Shackled to God – The Writer’s Commitment to the Universe

Step 3 – Made a decision to turn our will and our lives over to a power greater than ourselves

Okay, to recap. The third step is about living as our best selves, giving up on the fantasies of writing, and accepting the reality. Living the dream.

So part of the joy of my online presence is that I get to interview writers, and I started asking people if they could take a pill to remove the desire to write, would they take the pill?

Most said no. Most love writing and wouldn’t give it up.

Me? I’d take the pill because my life would be so much easier if I didn’t have a full-time job I try to cram into the cracks of my other full-time job and the rest of my life. William Faulkner was a mailman before he hit it big and he used to throw away mail so he could write more. Henry Miller was more realistic. He just hung out in Paris and wrote, poor as the lice in his mattress.

But I have to wonder; why was I given this desire to create? Other people don’t have it, but man, I have it in spades. Why?

The fact is, every writer has a unique voice and a unique perspective. Give two writers the same prompt, and you’ll always get wildly different results. Always. Because we are unique.

So if I have the desire to write, then I have a duty to the universe to write my stories. Why else would I want to write?

Yes, I watched way too much TV growing up. I was hurt. I was alone. I ran away into stories, and I began to tell myself stories when I got bored. So I was molded into a writer, but now that I am one, I can’t just quit. Because I have a duty.

I have friend who wrote a wonderful novel about heaven, hell, angels, the whole deal. In her book, she had a moving scene where it showed what happened when people died. As the people died, a dove would come and draw out the song of their life, and that song would join the infinite symphony of the universe.

My stories are my song. I am doomed to write them. Doomed, maybe blessed. Depends on the day. The Sikhs wear a steel bracelet as a symbol for their connection to God. It’s steel because the Sikhs believe they are shackled to God. No way out.

In the same way, as a writer, I am shackled to God.



I have to surrender to my writing, make time for it, make it happen. Because no one can write the stories I can write and that means I have a duty.

At times, it can be a divine form of slavery.

Surrender Is Heartbreak, Not Sunshine and Puppies – Step 1 Continued

Step 1 – Admitted we were powerless over our art and our creative lives had become unmanageable.

The bottom line is this: I wanted to write, I couldn’t write, so I had to decide between chopping off my hands or accepting help.  I had to let go of my old ideas that had not worked. When I got rejected by the agent back in 2006, I had been writing for fourteen years, in isolation, in secret. And I had failed. I had to embrace that and surrender.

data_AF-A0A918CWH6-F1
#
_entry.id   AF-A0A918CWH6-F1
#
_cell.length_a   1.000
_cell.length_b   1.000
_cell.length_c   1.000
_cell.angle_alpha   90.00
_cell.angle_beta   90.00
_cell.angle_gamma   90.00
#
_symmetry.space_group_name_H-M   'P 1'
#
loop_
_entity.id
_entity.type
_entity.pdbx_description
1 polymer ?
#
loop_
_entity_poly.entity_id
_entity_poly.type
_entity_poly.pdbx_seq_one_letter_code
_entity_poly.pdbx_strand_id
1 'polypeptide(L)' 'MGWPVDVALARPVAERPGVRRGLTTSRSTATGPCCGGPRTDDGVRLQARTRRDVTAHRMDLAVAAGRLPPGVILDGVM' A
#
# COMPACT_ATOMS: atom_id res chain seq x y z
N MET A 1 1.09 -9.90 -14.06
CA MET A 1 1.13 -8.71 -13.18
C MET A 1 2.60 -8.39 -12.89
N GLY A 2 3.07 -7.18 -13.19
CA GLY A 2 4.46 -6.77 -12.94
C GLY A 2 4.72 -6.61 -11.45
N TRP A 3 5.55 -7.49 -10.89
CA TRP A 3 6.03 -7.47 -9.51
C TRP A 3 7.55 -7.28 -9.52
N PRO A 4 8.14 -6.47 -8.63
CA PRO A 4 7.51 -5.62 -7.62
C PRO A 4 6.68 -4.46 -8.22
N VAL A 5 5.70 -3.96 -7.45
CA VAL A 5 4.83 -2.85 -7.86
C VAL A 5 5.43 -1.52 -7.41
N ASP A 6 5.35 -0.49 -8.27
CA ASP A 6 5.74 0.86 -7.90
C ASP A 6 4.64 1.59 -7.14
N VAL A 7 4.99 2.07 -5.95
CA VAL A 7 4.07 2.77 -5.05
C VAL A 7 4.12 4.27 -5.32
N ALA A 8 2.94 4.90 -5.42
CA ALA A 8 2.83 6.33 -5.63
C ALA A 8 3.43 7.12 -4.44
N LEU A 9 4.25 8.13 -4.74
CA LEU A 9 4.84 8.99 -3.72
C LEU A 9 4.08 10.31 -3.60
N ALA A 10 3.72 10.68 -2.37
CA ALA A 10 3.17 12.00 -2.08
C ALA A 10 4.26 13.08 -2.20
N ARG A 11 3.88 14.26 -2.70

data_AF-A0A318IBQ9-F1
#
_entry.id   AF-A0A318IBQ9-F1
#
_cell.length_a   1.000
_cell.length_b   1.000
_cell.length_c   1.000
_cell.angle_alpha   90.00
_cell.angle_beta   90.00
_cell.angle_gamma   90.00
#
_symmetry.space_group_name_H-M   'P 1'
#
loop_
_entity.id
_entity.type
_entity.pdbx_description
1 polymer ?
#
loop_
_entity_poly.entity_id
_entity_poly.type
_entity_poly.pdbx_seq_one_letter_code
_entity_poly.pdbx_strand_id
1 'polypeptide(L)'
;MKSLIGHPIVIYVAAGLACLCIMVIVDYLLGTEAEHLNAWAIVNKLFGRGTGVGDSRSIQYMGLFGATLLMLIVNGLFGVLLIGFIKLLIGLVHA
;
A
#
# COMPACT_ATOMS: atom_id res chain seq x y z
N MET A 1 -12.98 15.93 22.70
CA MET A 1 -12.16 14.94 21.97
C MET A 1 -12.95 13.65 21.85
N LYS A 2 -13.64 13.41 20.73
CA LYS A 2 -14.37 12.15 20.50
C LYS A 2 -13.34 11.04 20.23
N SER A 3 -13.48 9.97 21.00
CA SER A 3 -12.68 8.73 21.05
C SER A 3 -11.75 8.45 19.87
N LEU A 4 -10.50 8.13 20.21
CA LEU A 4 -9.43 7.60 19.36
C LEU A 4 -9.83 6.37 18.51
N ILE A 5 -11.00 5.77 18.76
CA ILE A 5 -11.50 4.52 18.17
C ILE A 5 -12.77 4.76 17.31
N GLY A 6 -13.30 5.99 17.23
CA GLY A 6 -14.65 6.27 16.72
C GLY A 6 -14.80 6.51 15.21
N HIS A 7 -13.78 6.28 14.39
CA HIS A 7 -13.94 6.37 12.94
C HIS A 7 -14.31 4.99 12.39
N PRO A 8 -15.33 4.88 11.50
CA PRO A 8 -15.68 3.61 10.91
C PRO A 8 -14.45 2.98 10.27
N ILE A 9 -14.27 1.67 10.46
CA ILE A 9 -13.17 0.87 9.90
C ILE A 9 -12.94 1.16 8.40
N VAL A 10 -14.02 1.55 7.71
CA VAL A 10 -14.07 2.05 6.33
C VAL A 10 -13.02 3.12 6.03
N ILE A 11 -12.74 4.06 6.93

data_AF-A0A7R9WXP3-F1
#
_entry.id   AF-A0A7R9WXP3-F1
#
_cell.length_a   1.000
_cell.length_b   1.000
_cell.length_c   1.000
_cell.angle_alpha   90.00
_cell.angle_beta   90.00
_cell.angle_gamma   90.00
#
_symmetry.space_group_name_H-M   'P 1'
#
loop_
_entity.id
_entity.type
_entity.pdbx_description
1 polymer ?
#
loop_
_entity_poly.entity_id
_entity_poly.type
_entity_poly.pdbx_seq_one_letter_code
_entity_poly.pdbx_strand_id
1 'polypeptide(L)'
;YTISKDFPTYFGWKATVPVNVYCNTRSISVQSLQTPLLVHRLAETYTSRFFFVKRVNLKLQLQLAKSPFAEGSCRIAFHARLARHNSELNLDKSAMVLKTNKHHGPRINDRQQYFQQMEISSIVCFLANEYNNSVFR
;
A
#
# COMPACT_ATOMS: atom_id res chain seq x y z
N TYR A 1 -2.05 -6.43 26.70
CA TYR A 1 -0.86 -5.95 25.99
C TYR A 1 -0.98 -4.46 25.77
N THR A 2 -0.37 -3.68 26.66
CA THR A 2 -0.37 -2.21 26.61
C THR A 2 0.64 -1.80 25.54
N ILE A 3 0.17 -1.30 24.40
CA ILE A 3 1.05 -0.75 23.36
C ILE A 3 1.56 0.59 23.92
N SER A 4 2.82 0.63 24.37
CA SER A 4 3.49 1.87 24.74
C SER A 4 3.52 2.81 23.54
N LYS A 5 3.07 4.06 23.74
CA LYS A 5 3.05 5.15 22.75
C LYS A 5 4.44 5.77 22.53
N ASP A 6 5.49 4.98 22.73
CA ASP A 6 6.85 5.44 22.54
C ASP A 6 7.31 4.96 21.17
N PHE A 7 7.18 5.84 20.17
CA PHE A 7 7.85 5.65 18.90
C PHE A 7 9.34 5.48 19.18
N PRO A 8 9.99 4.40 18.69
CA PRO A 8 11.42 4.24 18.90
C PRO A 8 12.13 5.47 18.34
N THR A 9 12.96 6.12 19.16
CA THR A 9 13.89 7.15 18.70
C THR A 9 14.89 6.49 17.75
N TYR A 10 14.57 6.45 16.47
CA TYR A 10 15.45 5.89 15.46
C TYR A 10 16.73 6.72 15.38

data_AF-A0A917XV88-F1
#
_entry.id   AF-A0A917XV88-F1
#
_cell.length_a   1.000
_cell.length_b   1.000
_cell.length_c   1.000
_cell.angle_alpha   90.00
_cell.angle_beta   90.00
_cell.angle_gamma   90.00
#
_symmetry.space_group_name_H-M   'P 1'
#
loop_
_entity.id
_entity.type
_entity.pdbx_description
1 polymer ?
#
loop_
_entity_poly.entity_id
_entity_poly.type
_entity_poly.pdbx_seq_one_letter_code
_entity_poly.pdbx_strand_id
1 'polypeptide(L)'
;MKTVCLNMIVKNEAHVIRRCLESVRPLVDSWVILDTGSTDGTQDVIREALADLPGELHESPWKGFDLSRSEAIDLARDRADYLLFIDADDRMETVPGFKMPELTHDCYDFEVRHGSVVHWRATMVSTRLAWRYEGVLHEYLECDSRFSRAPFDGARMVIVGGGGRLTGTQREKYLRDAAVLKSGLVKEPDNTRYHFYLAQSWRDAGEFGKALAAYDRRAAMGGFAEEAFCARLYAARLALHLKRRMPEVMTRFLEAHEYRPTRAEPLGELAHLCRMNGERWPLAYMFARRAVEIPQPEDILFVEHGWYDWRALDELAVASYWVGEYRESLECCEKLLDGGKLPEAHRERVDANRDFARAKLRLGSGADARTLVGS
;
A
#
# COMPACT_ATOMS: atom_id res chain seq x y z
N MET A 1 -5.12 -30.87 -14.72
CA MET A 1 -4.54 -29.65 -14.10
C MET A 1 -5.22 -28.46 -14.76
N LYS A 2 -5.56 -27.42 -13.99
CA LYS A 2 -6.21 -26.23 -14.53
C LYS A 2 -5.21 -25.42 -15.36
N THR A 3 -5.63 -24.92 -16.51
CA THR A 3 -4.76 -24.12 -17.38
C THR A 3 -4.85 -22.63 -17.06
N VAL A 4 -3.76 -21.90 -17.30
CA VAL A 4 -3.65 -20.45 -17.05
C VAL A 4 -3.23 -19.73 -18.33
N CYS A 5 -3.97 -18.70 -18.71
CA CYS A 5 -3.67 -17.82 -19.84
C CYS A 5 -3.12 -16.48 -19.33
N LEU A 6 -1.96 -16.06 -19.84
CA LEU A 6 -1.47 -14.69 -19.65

The first step is all about surrendering and admitting we are broken. It’s not a happy step. Generally, with the people who I have worked with, you don’t leave this step whistling and holding a puppy. But it’s the brokenness that is the magic. The more broken, the better.

I was at rock bottom that day I left the session with the agent. And I re-visit that place every now and again, but it’s never been as bad. Because my writing habit is not a secret that I carry alone any more. I invite others into the madness.

As I’ve said in earlier blog posts, you can’t work the 12 steps alone, which is why the recovery community understands the need to have a sponsor. What I do with the guys I sponsor is to set up weekly appointments with them, just an hour a week, and yes, in our busy lives, an hour is like gold-tinted minutes, but in the end it’s worth it.

With your sponsor, you have to write down where you are powerless over your art, and how your creative life is unmanageable. A lot of these are going to be old ideas that you believe, and we’re going to inventory these old ideas in step 4.

These are some of the ideas I had that kept my writing life unmanageable:

  • I was so afraid of trying to get published that I couldn’t write anything at all. I just couldn’t. I was afraid to succeed. I was afraid to fail.
  • I didn’t think I would succeed, so why even try?
  • Crippling self-doubt. I didn’t think I had any talent.
  • Critical voices paralyzed me. I couldn’t write anything worth reading. Who was I kidding?
  • What I was doing was selfish, and so I needed to spend more time with my family and friends and being of true service to the world.
  • I should wait for inspiration. I didn’t have the big, huge, original idea and if that idea never came, I shouldn’t even bother.
  • The game is fixed and only those on the “inside” have a chance.
  • I was roasted by envy. Other people will get published and not me.
  • If I can’t be a runaway bestseller, if I can’t be the best, I’m not even going to try.

I give a talk called “From Whining to Writing: Courageously Creating and Overcoming the Odds,” and really, it is all about the first step. If I’m powerless over writing and my writing life is unmanageable, I’m stuck right there. But being stuck can be a marvelous thing.

It can bring change.

But for this blog, not yet. Next week, I play the time card. It’s like the race card, but more time-y, less race-y. It basically says, “I’m so busy I can’t write.”

Next week, we’ll see why that’s a lie.